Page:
God our Heavenly Father offers us a unique moment of grace in the Sacrament of Penance: an opportunity to repent of our sins and be completely reconciled with Him, with the Church, and with one another. May we seize this opportunity. In this Season of Lent, may we all be people of truth, who at the same time offer fitting worship and are reconciled to one another.

Living Bread Radio
Saturday of the First Week of Lent
16 February 2008

Instead of black and white answers, modern political and moral questions often leave plenty of gray area to sort through. Issues of economics, the environment, homeland security, and education are not easily solved. Even where the inviolable right to life is concerned, there are nuances to be considered: between different kinds of stem-cell research; or between actions which are always and in every case evil, and those which are subject to other considerations.
Today’s readings do not speak to any particular issue. Rather, they are about the attitude we ought to have as Catholic Christian people toward every issue. The attitude of the faithful disciple of Jesus is very clear. Moses offered to the Israelites a clear choice: to obey the covenant with God or to break it. There was no room to be holy some of the time or to follow only part of the Law. Jesus calls His disciples to nothing less than perfection: “Be perfect as your Heavenly Father is perfect.” There is no place for picking and choosing what to believe or when to believe it. Jesus leaves no room for loving some people or loving some of the time.
The attitude to which we all are called is complete fidelity to the Gospel and the teachings of the Church, which includes allowing our faith to form our consciences and guide our decisions. If we are to be authentic disciples, we cannot choose to be faithful on some issues and not on others; to love when it is convenient and not when it is difficult. Whatever the issue we face, the answer lies in the person of Jesus Christ, who is the perfect of love and life for us all. For the disciple of Jesus, there is no room for anything less than striving every day for perfection: perfect holiness, and perfect living out of the Gospel in every situation.

Homily First Sunday of Lent Year A 10 February 2008

At some time or another, temptation afflicts us all.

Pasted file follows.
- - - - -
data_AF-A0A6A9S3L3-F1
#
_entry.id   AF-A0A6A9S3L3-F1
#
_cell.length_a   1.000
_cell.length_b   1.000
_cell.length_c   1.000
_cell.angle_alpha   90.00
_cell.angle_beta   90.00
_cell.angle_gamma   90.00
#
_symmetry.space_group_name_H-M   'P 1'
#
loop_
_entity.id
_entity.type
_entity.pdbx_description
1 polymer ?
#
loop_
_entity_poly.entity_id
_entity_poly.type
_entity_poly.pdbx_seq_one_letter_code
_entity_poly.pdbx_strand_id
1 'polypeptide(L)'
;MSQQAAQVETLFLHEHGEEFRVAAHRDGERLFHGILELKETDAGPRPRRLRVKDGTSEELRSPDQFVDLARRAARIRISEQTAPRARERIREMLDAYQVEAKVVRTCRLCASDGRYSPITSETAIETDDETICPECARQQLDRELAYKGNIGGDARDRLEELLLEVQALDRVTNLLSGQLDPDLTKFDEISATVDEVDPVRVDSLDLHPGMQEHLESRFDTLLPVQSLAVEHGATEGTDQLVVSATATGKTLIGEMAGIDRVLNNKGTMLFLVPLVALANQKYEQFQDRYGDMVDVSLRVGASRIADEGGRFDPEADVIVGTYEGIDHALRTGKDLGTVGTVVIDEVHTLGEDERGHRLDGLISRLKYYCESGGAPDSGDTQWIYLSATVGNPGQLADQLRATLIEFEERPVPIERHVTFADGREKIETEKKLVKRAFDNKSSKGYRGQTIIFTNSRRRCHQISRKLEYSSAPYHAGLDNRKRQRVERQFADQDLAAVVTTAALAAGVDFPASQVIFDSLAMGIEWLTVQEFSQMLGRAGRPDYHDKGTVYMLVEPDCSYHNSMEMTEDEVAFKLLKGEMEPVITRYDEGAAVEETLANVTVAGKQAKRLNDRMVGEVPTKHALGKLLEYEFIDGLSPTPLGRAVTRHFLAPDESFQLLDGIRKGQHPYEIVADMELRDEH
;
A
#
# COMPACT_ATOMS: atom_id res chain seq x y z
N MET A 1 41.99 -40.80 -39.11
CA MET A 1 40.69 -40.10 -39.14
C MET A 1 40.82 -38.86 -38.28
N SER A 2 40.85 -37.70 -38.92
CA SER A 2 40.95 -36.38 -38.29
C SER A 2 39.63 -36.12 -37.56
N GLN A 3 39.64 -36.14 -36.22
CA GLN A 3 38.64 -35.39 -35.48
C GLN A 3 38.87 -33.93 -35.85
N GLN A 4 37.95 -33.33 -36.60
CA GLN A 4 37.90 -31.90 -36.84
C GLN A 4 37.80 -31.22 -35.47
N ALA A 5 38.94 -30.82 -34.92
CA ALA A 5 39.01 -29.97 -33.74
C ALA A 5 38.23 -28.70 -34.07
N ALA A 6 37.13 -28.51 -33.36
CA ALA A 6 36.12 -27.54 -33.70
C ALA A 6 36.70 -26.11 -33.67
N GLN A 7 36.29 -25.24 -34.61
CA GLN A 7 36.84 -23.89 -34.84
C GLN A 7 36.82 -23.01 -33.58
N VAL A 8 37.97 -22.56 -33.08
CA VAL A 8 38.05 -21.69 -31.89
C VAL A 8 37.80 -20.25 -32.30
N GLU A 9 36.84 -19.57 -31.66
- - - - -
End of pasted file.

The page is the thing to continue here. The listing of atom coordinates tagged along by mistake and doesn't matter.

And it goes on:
During Lent we might be tempted to fail in our Lenten observances:
to sneak a piece of pie or a beer even through we have given those things up.

The media offer plenty of temptations amid the benefits they provide.
Images on television, advertising gimmicks, and computer pop-up ads
all try to lure us toward a particular agenda or product.

Sometimes, the images we are flooded with or the music we hear on the radio
are more than just deceitful advertising.
They can be a subtle – or not so subtle – temptation to sin.

Sometimes co-workers, friends from school, and the people we socialize with
can offer tempting situations.

Other people can be a negative influence on us…
to have “just one more drink”
to cheat just a little…just this one time…
to do what we know is wrong “because everyone else is doing it.”

Temptation comes to us as people of faith and as a Church.
When the faith is unpopular and when ancient traditions loose their flavor
we are tempted to change of water down the faith
in order to give it greater appeal.
Instead, God calls us to put zest and zeal back into the life of the Church
by enriching one another with the beautiful masterpieces of Catholic life.

In the end, the truth, while perhaps less popular, is more effective for our salvation.

In a myriad of ways…some great and some seemingly small…
we are enticed to slip a little in our Christian commitments
and sneak a little taste of sinful pleasure.

Resisting the temptations the world around us presents
in order to remain committed to the Gospel message in its entirety
requires a constant effort to discipline ourselves
and continual deepening of our prayer life.

Deepening our prayer life and our spiritual discipline
is precisely what we are about in this Lenten season.

In this journey, it is most comforting to know
that Jesus Himself shared our struggle against sin.

Today’s Gospel portrays Jesus afflicted with temptations…
in particular temptations to three root sins with which we all struggle:
gluttony, vanity, and greed.

The temptations of Jesus are much like our own…
they arise because of some human need or emptiness in us
which we perceive we must fill on our own with some earthly pleasure.
First, the Devil recognizes that Jesus is hungry
and entices Him to use His divine power
to make bread out of stones in order to feed Himself.

Jesus replies that one does not live on earthly nourishment alone…
but on the nourishment that comes from the Word of God.

Second, playing on the natural human tendency to think highly of our selves…
the Devil takes Jesus up to the top of the temple
and entices Him to throw Himself to the ground…
knowing that He will be taken care of by none less than angels.

So often we come to believe we are invincible…that nothing will hurt us…
especially when we are a young person behind the wheel of our first car!

Jesus replies that the person of faith does not put God to the test
by presuming that He will take care of us even in our sin and recklessness.

Finally, the Devil shows Jesus all the kingdoms of the world in their splendor…